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Pancreatitis

Sean

Site Supporter
#22
Well ve went to the cat ER tonight and he is going to stay the night.
He was cold and dehydrated. they are going to warm him up and also
rehydrate him. The bill is crazy.
 

Rafiki

Site Supporter
#24
John Popp - any idea why Tetsu is cold? Rafiki never was thru her illness. I am wondering if this is another clue to what is wrong.
 

Rafiki

Site Supporter
#25
From the Cornell site: Diagnosis and Treatment
The clinical signs associated with feline pancreatitis, says Dr. Goldstein, are quite nonspecific: inappetence and lethargy, for example. The standard diagnostic procedure will involve a medical history of the animal, a thorough physical examination, bloodwork and ultrasound. Radiography tends to be of little value, he notes, since pancreatic abnormalities—indeed, the organ itself—are not readily perceptible on x-rays. They are sometimes useful, however, in ruling out other disorders, such as an intestinal obstruction, which can have symptoms resembling those of pancreatitis. The only way a definitive diagnosis can be made is through a biopsy, he notes, but this involves a surgical or laproscopic procedure that may not be advisable for a seriously ailing, physically debilitated animal.

Interesting....it appears that pancreatitis and intestinal obstructions presents the same way. Right about now, I am wishing that Sean would find a half toy. Surgery is expensive but produces quick, definitive results.
 

Sean

Site Supporter
#26
Not finding destroyed toys that are missing parts.
The only thing was that half ear and that was
missing quite a long time before this episode. If it
were the issue is would not show up on an Xray do to
it being a biological item. I am still of the opinion that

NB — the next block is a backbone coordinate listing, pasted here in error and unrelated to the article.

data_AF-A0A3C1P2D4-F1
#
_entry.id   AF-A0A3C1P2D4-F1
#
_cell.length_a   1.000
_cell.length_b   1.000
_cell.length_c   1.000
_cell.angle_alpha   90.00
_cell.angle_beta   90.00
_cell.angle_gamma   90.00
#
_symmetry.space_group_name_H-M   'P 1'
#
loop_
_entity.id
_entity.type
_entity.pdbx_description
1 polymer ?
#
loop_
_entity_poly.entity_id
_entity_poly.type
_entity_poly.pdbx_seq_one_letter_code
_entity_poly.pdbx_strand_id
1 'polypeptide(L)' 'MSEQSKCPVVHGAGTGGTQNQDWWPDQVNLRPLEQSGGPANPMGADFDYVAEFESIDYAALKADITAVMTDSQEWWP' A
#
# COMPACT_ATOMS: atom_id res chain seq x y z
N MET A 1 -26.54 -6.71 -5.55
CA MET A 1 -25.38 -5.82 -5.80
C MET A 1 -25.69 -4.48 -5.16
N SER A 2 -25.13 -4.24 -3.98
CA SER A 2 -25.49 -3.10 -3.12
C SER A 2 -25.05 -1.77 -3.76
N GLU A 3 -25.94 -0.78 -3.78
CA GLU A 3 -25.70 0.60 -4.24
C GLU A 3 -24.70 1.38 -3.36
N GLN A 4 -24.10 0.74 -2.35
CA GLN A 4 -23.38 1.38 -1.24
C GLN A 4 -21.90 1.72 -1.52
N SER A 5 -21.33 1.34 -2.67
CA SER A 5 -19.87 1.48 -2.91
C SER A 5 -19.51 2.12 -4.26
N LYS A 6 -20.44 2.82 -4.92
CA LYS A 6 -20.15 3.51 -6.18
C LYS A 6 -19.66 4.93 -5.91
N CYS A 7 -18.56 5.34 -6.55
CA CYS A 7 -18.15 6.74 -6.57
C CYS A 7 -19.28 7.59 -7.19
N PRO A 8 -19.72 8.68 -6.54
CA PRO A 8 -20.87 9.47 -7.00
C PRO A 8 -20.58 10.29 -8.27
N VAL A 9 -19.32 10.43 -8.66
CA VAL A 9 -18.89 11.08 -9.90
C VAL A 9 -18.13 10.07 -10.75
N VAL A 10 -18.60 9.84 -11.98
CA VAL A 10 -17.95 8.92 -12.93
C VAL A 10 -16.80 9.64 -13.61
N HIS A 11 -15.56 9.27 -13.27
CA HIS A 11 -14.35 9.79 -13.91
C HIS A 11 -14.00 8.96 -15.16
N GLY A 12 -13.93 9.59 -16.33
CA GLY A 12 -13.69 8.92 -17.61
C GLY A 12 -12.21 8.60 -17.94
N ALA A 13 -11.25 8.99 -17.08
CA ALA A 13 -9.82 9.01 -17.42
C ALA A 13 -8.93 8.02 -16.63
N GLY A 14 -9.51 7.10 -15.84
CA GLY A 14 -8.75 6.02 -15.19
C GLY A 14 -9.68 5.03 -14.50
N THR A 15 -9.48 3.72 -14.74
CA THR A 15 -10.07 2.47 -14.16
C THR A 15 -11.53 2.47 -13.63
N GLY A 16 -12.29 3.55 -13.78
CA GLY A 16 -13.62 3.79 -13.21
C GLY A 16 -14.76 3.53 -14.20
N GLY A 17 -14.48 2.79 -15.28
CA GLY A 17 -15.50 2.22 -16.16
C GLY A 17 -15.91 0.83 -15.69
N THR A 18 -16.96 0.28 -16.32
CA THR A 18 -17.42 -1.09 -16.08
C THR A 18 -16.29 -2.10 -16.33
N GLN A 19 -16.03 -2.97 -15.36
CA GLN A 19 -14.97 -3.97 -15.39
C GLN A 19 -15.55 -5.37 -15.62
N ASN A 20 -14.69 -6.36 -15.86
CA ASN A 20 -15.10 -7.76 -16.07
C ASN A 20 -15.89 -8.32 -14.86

Bella eat that herself.


But I'll go look around again.

Sean



 

Brigitte Cowell

Moderator
Staff member
#27
Xrays can miss obstructions unless they are a barium swallow series of xrays... but I would be concerned about that possibility at this point...
 

Sean

Site Supporter
#28
I have two ears hidden and I know both are still there.
I will take one in with me for then to look at. That way
they know what I am referring to.
 

Sean

Site Supporter
#29
The vet said that she did not feel that the ear was the issue do to too many other
things being off of where they should be.

I liked the first Dr she was easy to deal with the one that was there
when I went back in was a jerk. She was some young pup that thinks
money grown on trees and acted like a used car salesman.
I think there is going to be a talk after I get Tetsu out of there about her.
I only hope that she is better with the critters than with the owners.
So on top of everything I am now very pissed off.
 

John Popp

Site Supporter
#30
Interesting....it appears that pancreatitis and intestinal obstructions presents the same way. Right about now, I am wishing that Sean would find a half toy. Surgery is expensive but produces quick, definitive results.
This is what my IM vet told me, unfortunately she wasn't around when the ER doctor pointed us in the wrong direction delaying Dooley's appropriate care by 4 days.

Even knowing what they are looking for can be tough if it's in the loops of the small intestines. The foreign object is also like covered in calcium deposits if it's been in his stomach for awhile with little resemblance to what went in.

On the ER vets demeanor, it's not worth chasing after, focus your attention on Tetsu.

Lastly, if you're given the option of scoping or surgery, know that you aren't going to see anything much beyond the stomach with the scope. It's more likely any obstruction is elsewhere and surgery is the best option.

As for being cold, Dooley was a little cold after getting fluids although never cold enough to be shivering.